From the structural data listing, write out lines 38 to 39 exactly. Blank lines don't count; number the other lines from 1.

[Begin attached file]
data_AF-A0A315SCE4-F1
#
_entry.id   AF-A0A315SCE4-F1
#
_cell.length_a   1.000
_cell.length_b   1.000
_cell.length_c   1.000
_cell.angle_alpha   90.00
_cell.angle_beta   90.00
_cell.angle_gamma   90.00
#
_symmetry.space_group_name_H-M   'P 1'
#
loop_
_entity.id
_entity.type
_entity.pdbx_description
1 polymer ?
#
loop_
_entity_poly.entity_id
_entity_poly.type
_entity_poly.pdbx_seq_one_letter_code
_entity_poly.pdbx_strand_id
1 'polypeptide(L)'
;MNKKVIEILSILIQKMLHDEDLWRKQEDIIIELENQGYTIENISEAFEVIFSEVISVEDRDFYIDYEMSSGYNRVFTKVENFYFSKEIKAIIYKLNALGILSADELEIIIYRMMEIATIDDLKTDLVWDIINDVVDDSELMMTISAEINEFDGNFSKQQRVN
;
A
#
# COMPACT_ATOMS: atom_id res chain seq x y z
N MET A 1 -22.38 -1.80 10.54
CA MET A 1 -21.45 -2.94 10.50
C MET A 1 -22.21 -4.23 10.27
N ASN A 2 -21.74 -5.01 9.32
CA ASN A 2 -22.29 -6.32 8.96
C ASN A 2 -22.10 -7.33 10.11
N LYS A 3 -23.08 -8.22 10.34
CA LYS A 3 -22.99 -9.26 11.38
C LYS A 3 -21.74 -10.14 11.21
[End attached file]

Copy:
CA LYS A 3 -22.99 -9.26 11.38
C LYS A 3 -21.74 -10.14 11.21